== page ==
Information Governance and MDM Programs Key Initiative Overview


Archived Published: 23 April 2014 ID: G00262918

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Summary

Information governance and master data management programs are central to an organization's success in assuring business outcomes and increasing business value from reusing enterprise information assets. This overview provides guidance on these strategic and challenging initiatives.

Analysis

Figure 1. Information Governance and MDM Programs Key Initiative Overview
Research image courtesy of Gartner, Inc.

MDM = master data management

Source: Gartner (April 2014)

Information governance programs like master data management (MDM) are key to efforts in gaining value from information reuse across an organization, and are central to enterprise information management.

Information governance programs are not new, but they can be hard to adopt. Often, business leaders believe that they are about control or "the responsibility of IT," and it can be difficult to expose their business value. However, information governance is critical to any initiative that uses information to drive improved business outcomes. Effective information governance supports initiatives focused on improving business innovation, revenue or customer service, reducing time to market, optimizing costs and meeting regulatory or compliance requirements.

No company will fail due to a lack of information governance, but much of what the business wants to achieve won't work as well without it. MDM is a relatively new type of program that limits its focus to master data to help organizations get started with information governance. This narrow focus is one reason that MDM is quickly gaining traction. MDM is only one type of information governance; others focus on other forms of enterprise information.

Consider These Factors to Determine Your Readiness

What Successful Implementation of Information Governance and MDM Programs Means to CIOs

CIOs need to understand how information governance and MDM can benefit the entire company, and spearhead the required changes in business processes. They should consider their readiness to tackle the following hurdles:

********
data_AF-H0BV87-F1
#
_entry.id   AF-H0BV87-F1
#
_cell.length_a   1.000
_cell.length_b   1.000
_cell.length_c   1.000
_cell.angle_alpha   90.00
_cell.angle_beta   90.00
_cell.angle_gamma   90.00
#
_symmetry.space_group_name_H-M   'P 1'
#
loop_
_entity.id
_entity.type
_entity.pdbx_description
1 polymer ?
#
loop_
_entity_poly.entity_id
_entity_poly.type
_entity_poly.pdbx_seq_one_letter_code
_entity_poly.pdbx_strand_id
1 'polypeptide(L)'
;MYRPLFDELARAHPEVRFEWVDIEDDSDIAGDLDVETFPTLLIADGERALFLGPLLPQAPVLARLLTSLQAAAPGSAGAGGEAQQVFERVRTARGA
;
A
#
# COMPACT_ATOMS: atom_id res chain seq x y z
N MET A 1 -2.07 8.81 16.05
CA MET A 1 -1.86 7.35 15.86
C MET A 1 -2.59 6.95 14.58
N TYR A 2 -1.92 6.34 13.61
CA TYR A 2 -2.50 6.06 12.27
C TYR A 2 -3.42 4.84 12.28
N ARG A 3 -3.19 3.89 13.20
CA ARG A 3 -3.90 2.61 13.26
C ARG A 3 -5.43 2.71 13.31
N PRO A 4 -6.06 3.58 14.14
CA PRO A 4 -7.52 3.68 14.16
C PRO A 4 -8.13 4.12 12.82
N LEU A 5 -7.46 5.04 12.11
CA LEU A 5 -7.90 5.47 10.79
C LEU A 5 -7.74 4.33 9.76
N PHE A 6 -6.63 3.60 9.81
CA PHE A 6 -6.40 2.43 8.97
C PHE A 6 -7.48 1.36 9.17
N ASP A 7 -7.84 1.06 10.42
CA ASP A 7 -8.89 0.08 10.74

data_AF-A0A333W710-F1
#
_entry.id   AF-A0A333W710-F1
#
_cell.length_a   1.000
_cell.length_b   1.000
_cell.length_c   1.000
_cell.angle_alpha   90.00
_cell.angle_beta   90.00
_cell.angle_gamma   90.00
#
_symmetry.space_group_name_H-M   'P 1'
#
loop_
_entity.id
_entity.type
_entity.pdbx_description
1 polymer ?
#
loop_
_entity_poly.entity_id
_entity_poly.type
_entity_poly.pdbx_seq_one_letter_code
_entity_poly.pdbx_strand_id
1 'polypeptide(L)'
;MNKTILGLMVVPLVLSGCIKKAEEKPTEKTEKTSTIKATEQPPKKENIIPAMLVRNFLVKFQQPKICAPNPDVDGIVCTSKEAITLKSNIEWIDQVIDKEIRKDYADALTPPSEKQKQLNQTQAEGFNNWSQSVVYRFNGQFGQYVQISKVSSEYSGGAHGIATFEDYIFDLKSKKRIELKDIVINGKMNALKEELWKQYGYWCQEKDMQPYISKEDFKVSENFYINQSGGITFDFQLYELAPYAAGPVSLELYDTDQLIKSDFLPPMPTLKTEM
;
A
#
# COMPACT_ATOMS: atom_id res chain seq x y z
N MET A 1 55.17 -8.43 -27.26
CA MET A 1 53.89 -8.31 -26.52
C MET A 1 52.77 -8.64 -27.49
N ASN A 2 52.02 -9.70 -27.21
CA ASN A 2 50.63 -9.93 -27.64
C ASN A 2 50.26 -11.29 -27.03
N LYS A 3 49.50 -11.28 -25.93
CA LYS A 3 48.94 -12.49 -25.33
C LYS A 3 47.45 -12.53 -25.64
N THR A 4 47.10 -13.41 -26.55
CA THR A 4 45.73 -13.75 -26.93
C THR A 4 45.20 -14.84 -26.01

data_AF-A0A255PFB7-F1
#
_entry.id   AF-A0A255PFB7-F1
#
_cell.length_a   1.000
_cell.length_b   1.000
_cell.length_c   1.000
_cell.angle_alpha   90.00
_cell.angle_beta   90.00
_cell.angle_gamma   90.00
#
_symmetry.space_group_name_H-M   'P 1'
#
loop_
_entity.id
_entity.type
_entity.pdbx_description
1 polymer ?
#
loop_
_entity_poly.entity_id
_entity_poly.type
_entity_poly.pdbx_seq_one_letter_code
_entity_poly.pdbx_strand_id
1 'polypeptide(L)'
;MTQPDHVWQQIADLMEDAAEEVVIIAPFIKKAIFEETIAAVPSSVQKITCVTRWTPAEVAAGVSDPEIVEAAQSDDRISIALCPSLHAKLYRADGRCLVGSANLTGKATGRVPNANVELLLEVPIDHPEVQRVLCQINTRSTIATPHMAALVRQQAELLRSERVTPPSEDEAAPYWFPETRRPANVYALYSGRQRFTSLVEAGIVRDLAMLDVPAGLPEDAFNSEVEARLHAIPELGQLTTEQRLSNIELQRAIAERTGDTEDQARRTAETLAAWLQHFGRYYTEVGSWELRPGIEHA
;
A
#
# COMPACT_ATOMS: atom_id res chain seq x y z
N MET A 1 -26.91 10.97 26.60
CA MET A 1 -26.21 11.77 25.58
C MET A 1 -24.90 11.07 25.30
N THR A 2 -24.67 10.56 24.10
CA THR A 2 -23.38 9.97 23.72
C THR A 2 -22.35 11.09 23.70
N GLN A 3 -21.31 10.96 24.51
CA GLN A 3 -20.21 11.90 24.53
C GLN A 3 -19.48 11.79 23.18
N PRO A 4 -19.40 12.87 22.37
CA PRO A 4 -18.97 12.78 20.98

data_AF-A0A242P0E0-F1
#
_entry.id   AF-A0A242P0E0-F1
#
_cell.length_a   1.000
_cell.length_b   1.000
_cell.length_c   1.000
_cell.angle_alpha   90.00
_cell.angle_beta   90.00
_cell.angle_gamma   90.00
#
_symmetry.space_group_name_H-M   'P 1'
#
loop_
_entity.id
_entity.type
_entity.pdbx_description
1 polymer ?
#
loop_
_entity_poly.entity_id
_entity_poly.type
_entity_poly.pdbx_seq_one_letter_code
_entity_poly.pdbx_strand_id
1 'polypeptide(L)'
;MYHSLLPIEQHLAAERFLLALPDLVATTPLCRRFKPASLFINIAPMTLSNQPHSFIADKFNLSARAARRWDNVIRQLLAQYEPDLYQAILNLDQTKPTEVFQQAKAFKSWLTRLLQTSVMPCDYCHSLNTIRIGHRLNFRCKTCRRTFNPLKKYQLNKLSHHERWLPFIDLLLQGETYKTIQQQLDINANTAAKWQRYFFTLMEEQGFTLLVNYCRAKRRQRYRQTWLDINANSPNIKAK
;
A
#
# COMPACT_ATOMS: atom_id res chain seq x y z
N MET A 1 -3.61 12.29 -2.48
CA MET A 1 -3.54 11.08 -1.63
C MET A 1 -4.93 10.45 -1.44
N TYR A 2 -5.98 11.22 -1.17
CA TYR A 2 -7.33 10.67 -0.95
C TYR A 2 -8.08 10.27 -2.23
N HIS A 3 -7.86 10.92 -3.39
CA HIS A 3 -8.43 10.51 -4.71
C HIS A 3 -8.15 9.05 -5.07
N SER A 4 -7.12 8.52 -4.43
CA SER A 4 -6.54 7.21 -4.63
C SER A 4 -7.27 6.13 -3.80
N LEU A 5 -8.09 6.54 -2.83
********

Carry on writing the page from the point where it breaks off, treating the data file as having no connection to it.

• Identifying which critical, differentiated or required business processes and desired business outcomes or innovations hinge on the effective governance of which kinds of information.

  • Identifying line-of-business leaders to co-sponsor information governance and MDM initiatives.

  • Working with these leaders to build a vision and strategy for managing information assets and to develop a business case.

  • Linking information governance to IT governance and corporate governance initiatives.

  • Measuring and communicating the business value of reusing information across the organization, or even sharing it with external third parties or the collective.

What Successful Implementation of Information Governance and MDM Programs Means to IT Leaders

IT leaders need to understand how information governance and MDM benefits their organization, and ensure that the skills and focus are in place to execute the effort successfully. They should consider their readiness to:

  • Establish standards and policies for information governance and MDM, and new roles such as chief data officer, governance boards and information stewards.

  • Understand information governance and MDM, and analyze how the business strategy will be supported by them. This will enable a better understanding of when, where, how and why the organization should adopt these disciplines.

  • Use Gartner's Magic Quadrants, Hype Cycles and Market Guides to assess which vendors, markets and industries are likely to facilitate or be affected by MDM or information governance initiatives.

  • Evaluate which enterprise information (for example, master data), use cases, implementation styles, organizational structures, technologies and best practices will support MDM and other information governance programs best.

Conduct Your Information Governance and MDM Initiative Using This Structured Approach

The chances of information governance and MDM success will be increased by following a structured approach that includes the following organizing principles:

  • Strategize and Plan: Draft a charter to gain agreement on the vision for the initiative, and draft a business case to align with business goals. Scope the initiative, establish resources and budget. Integrate with strategic IT and business plans.

  • Develop Governance: Establish an optimal process for making decisions and assigning decision rights across the business and IT. Identify and engage stakeholders. Agree on authority and flow for decision-making. Implement and set up feedback mechanisms.

  • Drive Change Management: Communicate and socialize ideas via multiple channels. Get buy-in from stakeholders at all levels. Implement organizational and process changes in a controlled manner. Assess progress and drive stakeholder commitment to change.

  • Execute: Operate the initiative and optimize in accordance with business goals. Implement the necessary changes to information systems. Update and drive new elements of the initiative in response to changing business requirements.

  • Measure and Improve: Measure how the initiative has affected business outcomes. Seek feedback from stakeholders. Drive improvements through process changes and upgrades.

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